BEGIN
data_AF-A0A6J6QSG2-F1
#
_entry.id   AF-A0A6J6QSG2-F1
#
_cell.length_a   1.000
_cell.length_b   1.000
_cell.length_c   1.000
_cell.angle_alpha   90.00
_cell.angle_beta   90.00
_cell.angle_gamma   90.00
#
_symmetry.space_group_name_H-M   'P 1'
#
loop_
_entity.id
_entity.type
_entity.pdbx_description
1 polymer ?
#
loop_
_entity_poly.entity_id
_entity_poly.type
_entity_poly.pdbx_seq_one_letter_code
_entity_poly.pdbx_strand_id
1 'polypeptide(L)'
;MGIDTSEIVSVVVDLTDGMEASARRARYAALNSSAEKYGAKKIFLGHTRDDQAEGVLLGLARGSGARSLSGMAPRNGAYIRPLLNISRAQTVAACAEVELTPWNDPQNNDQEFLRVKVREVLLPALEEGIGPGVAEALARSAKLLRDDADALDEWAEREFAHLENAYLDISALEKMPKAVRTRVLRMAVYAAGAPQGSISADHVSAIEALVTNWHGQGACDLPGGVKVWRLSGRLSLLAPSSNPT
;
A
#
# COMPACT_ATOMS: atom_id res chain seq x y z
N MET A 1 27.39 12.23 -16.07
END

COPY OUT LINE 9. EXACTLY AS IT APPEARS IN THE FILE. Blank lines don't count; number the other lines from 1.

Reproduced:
_cell.angle_beta   90.00